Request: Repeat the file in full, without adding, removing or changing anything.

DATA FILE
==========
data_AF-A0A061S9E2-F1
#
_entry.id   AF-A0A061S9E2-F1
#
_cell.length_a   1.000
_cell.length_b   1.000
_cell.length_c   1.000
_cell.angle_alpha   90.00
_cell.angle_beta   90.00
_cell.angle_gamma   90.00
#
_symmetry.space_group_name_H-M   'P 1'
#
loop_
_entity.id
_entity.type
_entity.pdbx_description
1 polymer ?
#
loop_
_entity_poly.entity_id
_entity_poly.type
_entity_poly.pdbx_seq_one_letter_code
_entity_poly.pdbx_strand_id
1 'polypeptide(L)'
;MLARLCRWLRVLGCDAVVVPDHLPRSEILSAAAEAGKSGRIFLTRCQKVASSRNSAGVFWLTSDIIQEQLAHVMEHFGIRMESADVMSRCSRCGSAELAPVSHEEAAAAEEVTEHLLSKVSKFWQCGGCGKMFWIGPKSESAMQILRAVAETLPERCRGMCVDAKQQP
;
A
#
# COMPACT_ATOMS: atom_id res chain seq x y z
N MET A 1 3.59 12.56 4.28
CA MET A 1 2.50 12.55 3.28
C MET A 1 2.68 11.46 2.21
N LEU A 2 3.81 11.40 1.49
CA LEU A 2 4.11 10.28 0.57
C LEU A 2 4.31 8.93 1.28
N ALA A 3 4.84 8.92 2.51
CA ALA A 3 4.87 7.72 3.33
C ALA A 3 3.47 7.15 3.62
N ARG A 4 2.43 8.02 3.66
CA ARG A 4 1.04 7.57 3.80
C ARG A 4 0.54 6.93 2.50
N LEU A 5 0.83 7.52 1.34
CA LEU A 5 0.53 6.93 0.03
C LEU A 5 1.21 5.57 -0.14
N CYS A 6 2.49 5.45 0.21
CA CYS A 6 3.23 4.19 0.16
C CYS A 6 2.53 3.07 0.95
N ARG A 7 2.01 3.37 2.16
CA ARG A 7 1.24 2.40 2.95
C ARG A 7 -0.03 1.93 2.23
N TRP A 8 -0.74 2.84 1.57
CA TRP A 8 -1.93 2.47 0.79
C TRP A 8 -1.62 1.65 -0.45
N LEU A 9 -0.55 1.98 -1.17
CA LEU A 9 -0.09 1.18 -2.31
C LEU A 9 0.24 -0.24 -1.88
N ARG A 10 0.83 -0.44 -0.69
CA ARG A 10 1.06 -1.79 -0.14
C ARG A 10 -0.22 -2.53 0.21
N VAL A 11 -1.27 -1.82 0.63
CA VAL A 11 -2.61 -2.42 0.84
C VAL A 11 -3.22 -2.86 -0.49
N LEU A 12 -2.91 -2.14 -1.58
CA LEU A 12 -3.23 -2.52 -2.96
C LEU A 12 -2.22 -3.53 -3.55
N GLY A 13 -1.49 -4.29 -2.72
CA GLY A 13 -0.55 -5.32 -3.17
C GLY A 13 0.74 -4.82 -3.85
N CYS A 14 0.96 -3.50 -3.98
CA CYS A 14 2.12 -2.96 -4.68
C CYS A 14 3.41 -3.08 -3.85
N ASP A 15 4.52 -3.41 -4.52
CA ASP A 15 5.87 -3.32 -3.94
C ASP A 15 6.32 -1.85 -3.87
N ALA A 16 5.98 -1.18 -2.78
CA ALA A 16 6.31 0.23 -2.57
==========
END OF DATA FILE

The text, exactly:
data_AF-A0A061S9E2-F1
#
_entry.id   AF-A0A061S9E2-F1
#
_cell.length_a   1.000
_cell.length_b   1.000
_cell.length_c   1.000
_cell.angle_alpha   90.00
_cell.angle_beta   90.00
_cell.angle_gamma   90.00
#
_symmetry.space_group_name_H-M   'P 1'
#
loop_
_entity.id
_entity.type
_entity.pdbx_description
1 polymer ?
#
loop_
_entity_poly.entity_id
_entity_poly.type
_entity_poly.pdbx_seq_one_letter_code
_entity_poly.pdbx_strand_id
1 'polypeptide(L)'
;MLARLCRWLRVLGCDAVVVPDHLPRSEILSAAAEAGKSGRIFLTRCQKVASSRNSAGVFWLTSDIIQEQLAHVMEHFGIRMESADVMSRCSRCGSAELAPVSHEEAAAAEEVTEHLLSKVSKFWQCGGCGKMFWIGPKSESAMQILRAVAETLPERCRGMCVDAKQQP
;
A
#
# COMPACT_ATOMS: atom_id res chain seq x y z
N MET A 1 3.59 12.56 4.28
CA MET A 1 2.50 12.55 3.28
C MET A 1 2.68 11.46 2.21
N LEU A 2 3.81 11.40 1.49
CA LEU A 2 4.11 10.28 0.57
C LEU A 2 4.31 8.93 1.28
N ALA A 3 4.84 8.92 2.51
CA ALA A 3 4.87 7.72 3.33
C ALA A 3 3.47 7.15 3.62
N ARG A 4 2.43 8.02 3.66
CA ARG A 4 1.04 7.57 3.80
C ARG A 4 0.54 6.93 2.50
N LEU A 5 0.83 7.52 1.34
CA LEU A 5 0.53 6.93 0.03
C LEU A 5 1.21 5.57 -0.14
N CYS A 6 2.49 5.45 0.21
CA CYS A 6 3.23 4.19 0.16
C CYS A 6 2.53 3.07 0.95
N ARG A 7 2.01 3.37 2.16
CA ARG A 7 1.24 2.40 2.95
C ARG A 7 -0.03 1.93 2.23
N TRP A 8 -0.74 2.84 1.57
CA TRP A 8 -1.93 2.47 0.79
C TRP A 8 -1.62 1.65 -0.45
N LEU A 9 -0.55 1.98 -1.17
CA LEU A 9 -0.09 1.18 -2.31
C LEU A 9 0.24 -0.24 -1.88
N ARG A 10 0.83 -0.44 -0.69
CA ARG A 10 1.06 -1.79 -0.14
C ARG A 10 -0.22 -2.53 0.21
N VAL A 11 -1.27 -1.82 0.63
CA VAL A 11 -2.61 -2.42 0.84
C VAL A 11 -3.22 -2.86 -0.49
N LEU A 12 -2.91 -2.14 -1.58
CA LEU A 12 -3.23 -2.52 -2.96
C LEU A 12 -2.22 -3.53 -3.55
N GLY A 13 -1.49 -4.29 -2.72
CA GLY A 13 -0.55 -5.32 -3.17
C GLY A 13 0.74 -4.82 -3.85
N CYS A 14 0.96 -3.50 -3.98
CA CYS A 14 2.12 -2.96 -4.68
C CYS A 14 3.41 -3.08 -3.85
N ASP A 15 4.52 -3.41 -4.52
CA ASP A 15 5.87 -3.32 -3.94
C ASP A 15 6.32 -1.85 -3.87
N ALA A 16 5.98 -1.18 -2.78
CA ALA A 16 6.31 0.23 -2.57